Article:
Ashman Food Products in expansion mode

Business reporter

Sunday, January 28, 2018

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Ashman Food Products Limited will pump $15 million into the build out of 6,000 square feet of factory at its Vineyard Crescent facility in Old Harbour, St Catherine.

The plans for expansion follow a second Safe Quality Food (SQF) certification obtained by the company in December 2017, which opens up the business to the global market.

Already Managing Director Ira Ashman is thinking of exporting products to England and Australia. The company has also signed an agreement to supply five new products to the United States.

“In Australia, there is a market for pepper sauces. We have also been requested to supply ackees to Australia. We just developed a range of products that are more on the ethnic side, and we are sending out our first shipment to the United States next month,” Ashman told the Jamaica Observer in a round-table interview.

Currently, Ashman produces a total of 40 products, including canned ackees, bottled jams, jellies and pepper sauces. It means that 80 per cent of what Ashman manufactures goes to international markets through their export trading partners. But Ashman now wants to get his brand on the shelves of international supermarkets.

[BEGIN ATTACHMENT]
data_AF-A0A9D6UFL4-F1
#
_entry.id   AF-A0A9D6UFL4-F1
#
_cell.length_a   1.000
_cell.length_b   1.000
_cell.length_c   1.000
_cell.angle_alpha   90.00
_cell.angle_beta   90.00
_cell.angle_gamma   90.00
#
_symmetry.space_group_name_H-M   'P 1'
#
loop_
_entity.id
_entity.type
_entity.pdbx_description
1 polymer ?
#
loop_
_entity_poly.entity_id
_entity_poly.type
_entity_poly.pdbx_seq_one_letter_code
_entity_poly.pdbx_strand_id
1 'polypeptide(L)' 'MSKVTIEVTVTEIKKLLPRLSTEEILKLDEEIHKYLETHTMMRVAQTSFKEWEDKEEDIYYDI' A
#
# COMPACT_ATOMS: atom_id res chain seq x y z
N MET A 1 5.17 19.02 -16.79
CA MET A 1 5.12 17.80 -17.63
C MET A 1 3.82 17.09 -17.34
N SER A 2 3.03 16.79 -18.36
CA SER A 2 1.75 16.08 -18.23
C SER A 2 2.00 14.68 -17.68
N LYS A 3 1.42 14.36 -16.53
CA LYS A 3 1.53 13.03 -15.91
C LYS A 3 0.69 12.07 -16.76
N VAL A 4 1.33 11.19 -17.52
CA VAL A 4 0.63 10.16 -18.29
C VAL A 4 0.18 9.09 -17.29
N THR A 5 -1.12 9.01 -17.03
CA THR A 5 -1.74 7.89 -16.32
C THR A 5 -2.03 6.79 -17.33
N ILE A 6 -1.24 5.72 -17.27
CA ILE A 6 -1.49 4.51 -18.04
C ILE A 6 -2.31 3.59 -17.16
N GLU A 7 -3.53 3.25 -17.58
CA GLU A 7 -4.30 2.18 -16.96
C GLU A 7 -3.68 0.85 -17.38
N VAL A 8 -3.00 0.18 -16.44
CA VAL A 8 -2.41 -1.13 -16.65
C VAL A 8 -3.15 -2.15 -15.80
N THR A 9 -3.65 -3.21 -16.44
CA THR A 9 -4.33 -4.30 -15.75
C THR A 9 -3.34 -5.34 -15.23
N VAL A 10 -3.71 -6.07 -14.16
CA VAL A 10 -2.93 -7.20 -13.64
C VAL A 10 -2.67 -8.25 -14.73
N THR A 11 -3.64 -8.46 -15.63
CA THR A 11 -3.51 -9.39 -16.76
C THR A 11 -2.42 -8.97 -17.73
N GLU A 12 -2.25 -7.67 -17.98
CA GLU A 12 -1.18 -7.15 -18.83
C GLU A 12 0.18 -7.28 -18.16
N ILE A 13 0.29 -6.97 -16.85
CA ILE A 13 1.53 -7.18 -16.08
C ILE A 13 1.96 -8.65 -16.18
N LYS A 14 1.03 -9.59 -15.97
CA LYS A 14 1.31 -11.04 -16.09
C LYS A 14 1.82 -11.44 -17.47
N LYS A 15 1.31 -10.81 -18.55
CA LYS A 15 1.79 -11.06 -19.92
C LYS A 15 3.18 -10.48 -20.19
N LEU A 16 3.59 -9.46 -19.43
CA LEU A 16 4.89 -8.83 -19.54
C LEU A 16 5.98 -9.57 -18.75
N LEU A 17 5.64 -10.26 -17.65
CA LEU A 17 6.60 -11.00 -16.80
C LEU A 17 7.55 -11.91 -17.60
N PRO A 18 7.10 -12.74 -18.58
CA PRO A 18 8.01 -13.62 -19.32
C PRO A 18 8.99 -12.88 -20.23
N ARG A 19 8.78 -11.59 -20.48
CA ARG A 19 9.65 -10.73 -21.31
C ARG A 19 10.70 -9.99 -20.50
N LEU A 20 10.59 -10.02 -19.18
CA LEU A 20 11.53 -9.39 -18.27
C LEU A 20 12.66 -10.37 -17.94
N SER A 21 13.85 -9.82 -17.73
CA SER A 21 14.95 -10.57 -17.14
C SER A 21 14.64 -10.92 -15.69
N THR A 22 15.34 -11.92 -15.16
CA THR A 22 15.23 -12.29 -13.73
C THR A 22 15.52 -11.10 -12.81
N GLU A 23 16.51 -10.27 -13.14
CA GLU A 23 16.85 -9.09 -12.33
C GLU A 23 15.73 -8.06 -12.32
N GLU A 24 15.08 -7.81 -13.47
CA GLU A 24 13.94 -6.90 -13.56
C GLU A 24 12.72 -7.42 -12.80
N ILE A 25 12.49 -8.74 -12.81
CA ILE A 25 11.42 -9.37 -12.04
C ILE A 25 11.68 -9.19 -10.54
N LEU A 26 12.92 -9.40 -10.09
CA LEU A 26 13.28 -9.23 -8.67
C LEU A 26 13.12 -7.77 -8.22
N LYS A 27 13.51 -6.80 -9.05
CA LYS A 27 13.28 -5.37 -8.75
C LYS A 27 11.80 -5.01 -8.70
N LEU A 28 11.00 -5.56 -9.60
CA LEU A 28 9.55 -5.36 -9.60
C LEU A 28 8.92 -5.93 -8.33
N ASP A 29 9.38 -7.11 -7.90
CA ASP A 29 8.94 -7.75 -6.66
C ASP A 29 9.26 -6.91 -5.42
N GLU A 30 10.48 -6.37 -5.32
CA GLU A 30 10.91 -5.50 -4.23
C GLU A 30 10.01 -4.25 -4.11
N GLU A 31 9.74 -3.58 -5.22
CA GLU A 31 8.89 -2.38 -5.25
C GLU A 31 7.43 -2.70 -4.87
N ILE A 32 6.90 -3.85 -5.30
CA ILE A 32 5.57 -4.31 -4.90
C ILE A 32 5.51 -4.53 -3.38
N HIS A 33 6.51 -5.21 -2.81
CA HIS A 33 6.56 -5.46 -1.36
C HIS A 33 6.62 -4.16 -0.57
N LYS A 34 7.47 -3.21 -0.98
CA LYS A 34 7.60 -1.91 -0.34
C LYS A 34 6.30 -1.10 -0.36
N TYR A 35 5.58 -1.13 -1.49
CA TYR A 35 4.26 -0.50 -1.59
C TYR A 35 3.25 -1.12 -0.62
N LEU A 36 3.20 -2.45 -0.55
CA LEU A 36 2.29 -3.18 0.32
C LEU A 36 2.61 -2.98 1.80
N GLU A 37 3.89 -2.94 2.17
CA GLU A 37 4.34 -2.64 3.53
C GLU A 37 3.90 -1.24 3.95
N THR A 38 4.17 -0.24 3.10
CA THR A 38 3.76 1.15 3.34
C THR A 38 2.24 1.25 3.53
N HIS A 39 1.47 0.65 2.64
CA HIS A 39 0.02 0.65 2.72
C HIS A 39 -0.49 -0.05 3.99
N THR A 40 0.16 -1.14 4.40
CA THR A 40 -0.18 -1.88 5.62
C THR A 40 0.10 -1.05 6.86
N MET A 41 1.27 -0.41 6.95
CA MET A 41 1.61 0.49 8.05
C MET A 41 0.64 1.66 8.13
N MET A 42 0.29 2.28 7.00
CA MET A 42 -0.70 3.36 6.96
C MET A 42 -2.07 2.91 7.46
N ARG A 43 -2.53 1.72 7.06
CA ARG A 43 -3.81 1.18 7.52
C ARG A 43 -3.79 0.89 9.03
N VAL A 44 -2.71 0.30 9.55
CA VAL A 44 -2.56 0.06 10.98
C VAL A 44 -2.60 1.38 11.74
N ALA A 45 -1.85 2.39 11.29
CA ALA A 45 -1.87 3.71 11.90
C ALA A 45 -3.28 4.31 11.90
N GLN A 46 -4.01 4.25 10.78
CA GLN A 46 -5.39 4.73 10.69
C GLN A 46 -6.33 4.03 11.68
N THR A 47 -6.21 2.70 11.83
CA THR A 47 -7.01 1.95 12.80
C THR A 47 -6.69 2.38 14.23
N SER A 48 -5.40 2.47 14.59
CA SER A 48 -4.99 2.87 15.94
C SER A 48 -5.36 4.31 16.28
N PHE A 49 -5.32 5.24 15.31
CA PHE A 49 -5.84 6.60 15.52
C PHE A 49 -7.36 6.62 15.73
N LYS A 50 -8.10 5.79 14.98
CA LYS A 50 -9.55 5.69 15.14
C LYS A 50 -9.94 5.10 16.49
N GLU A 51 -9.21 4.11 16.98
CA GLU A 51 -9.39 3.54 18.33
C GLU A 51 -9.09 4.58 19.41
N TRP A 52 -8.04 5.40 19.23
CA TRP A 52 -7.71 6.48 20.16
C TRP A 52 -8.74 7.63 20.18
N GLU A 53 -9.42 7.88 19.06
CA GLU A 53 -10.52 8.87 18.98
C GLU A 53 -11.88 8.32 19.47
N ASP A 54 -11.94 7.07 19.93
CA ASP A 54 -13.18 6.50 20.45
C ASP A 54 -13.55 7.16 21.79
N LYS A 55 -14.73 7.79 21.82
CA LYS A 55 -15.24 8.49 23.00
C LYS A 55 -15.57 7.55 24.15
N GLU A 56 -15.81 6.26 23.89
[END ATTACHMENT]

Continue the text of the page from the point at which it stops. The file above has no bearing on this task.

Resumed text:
“A group from England was here the other day looking at ackees and the pepper sauces. As a matter of fact, if we had goods now, we could probably ship them. But in Australia we are still looking,” he told Sunday Finance.

He also hopes to secure a distributor for the local market.

As for the new factory space, Ashman plans to expand on the 10,000-square-foot facility that currently sits on three acres of land. Construction of the 6,000-square-foot factory is expected to start in December so it can become operational by March 2019. Currently in the process of applying to the Parish Council of St Catherine, Ashman anticipates that the expansion should improve production numbers by 30 per cent, especially since repairs to the road leading to the factory are in progress.

“Together with members of the community, we have spent $250,000 to fix the road. It's still not in the best condition, but over the years the company has lost about 27 suppliers of produce because most of them wanted me to guarantee that we [would] repair their vehicles when they got badly damaged,” he said.

Ashman now employs 62 individuals to manage operations, but will add 14 staff members upon expanding. The company now has the capacity to produce up to 9,000 pounds of pepper, 1,000 cases of jams along with the canning of 1,500 cases of ackee per week from its one-shift production system.

“When we set up the new factory and develop more products we will need a separate building for machinery. We have nowhere to put new machinery, and that's what is beating us now,” said Ashman.

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